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Author Topic: Report: Recovered F-1 Rocket Engines Came from Apollo 11  (Read 4923 times)

James Champion

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Re: Report: Recovered F-1 Rocket Engines Came from Apollo 11
« Reply #1 on: July 23, 2013, 06:15:58 PM »

I am a member of the Kansas Cosmosphere and over Labor-day weekend I visited the just-opened Apollo F-1 engine conservation exhibit where you can view the process from an observation area. Bezos has arranged for the Cosmosphere to do the 2-year cleaning and stabilization process since they have experience in this, having previously conserved, and put on display, Gus Grissom's' Mercury Liberty Bell 7 capsule after it was recovered.

Bezos may have announced that these are the Apollo 11 engines however the Cosmosphere has posted no such news.

http://www.cosmo.org/photo/photo-restore.cfm?ID=37
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Gus Rubio

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Re: Report: Recovered F-1 Rocket Engines Came from Apollo 11
« Reply #2 on: July 24, 2013, 12:00:08 PM »

Note to self: drive to Kansas!  I would LOVE to see these babies in person, even if from a distance.  I was born in 71, at the tale end of Apollo, so I never actually experieced it first-hand.  This would be the next best thing. 

I applaude jeff Bezos for his recovery of these amazing pieces of engineering history.
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James Champion

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Re: Report: Recovered F-1 Rocket Engines Came from Apollo 11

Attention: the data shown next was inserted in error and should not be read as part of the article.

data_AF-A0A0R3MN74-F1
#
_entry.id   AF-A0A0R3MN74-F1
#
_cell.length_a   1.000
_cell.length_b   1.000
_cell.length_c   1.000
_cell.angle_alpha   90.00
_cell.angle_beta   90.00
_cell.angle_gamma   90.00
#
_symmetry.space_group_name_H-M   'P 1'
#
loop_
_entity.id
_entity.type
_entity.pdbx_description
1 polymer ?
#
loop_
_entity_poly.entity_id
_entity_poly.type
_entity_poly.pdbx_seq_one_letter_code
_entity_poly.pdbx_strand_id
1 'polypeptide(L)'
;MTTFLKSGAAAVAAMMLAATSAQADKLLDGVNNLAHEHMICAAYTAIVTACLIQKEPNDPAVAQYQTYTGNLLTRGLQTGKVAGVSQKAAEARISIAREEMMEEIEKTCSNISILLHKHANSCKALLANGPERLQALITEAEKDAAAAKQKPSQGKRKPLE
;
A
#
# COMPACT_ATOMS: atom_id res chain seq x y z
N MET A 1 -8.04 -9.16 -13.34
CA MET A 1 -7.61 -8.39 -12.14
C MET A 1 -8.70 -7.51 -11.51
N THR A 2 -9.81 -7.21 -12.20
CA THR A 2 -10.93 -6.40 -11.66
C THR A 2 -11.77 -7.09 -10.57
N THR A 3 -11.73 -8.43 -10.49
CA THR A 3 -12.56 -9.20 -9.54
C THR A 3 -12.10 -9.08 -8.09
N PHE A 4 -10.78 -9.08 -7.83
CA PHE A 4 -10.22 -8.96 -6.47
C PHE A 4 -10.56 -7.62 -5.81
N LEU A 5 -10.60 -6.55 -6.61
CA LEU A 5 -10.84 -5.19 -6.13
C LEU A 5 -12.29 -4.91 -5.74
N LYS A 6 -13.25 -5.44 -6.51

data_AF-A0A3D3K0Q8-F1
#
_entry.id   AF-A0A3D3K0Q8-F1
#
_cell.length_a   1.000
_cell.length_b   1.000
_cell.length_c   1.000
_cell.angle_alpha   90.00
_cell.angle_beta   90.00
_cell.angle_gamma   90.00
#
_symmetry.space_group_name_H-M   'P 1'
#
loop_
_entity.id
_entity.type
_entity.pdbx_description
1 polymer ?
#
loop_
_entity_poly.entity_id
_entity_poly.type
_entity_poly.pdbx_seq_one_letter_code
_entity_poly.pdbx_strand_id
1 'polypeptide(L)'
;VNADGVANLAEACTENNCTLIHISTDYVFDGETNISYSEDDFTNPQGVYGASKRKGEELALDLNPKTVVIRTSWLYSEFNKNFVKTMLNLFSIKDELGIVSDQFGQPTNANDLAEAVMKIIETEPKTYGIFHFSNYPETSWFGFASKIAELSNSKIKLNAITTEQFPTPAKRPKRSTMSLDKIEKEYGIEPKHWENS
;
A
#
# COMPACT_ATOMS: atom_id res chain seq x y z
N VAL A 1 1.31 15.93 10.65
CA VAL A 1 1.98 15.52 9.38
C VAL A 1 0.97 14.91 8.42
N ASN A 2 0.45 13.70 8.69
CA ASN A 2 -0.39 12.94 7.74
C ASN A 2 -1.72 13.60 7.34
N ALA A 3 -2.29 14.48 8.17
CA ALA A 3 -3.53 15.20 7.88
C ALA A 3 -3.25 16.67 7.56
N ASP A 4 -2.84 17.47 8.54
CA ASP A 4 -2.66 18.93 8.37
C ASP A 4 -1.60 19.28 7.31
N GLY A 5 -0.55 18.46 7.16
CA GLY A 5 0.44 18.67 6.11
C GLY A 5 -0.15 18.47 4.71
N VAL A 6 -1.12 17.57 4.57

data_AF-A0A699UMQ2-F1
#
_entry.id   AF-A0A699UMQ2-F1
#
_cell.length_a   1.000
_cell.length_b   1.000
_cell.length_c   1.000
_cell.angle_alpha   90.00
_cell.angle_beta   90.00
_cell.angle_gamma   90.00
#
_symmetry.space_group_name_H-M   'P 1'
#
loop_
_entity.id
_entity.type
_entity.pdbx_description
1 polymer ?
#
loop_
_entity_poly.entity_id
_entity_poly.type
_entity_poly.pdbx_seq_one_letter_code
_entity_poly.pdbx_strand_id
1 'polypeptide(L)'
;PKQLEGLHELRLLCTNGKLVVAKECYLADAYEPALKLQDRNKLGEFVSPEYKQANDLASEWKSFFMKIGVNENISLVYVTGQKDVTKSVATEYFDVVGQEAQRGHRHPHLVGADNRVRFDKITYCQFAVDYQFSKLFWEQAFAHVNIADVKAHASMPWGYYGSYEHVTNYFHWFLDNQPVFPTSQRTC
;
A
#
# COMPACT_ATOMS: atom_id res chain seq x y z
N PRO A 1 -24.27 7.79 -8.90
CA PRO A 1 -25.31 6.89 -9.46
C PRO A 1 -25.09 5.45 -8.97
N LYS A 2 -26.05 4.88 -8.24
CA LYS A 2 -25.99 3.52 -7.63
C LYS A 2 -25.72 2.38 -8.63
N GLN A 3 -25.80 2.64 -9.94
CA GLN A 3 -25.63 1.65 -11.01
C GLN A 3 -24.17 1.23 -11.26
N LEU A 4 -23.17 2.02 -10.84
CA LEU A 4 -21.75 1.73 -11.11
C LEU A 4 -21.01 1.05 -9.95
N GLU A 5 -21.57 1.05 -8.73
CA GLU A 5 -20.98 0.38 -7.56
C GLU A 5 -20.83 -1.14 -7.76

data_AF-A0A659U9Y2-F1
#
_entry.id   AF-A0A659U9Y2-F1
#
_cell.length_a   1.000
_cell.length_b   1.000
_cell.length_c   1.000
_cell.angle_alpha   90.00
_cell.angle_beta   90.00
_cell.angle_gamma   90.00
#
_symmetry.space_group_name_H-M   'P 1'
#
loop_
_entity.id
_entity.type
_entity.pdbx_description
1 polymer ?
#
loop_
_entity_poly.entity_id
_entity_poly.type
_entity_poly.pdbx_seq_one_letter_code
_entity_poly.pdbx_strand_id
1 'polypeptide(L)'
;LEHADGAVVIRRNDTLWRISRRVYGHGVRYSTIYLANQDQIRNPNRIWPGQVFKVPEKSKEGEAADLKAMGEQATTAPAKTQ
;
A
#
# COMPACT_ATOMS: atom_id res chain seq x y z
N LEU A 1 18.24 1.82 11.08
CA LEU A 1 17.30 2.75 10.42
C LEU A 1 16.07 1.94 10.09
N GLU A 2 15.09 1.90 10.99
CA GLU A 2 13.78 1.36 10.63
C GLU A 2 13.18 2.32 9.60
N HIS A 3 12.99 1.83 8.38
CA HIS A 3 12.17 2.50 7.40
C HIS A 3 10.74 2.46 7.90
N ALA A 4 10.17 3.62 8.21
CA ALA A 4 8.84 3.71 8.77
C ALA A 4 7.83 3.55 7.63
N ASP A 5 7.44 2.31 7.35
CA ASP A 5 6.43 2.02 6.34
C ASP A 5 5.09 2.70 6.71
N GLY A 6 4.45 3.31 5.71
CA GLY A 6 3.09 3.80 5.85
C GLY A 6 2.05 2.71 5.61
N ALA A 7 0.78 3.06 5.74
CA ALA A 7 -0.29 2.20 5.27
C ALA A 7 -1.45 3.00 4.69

« Reply #3 on: July 24, 2013, 06:26:16 PM »

Correction - I saw the recovered engines over Memorial Day Weekend. The identification of the engines came up during the tour, and guide indicated conservation may take a couple years, but identifying the Apollo(s) they were used on could take longer. The engines were to last only 5 minutes. After a successful mission there was no reason to keep inspection paperwork which would carry serial numbers of the engines and sub assemblies. Most Saturn V rockets were launched on similar trajectories, the first stage was discarded at around 60 miles altitude and 8000 MPH, and would have broken-up from aerodynamic forces and heating before impacting the same keep-out-restricted-area of the ocean at 400 MPH. Furthermore, many dataplates would have been made out of stainless steel, with the engines made out of space-age Monel alloys. The Monel alloys with their high nickel content in a salt-water environment results in the stainless becoming the electrochemical sacrificial anode. They are finding a few identification numbers stamped directly in some parts but tracing those numbers to a engine number, and then to a particular mission is still an issue.
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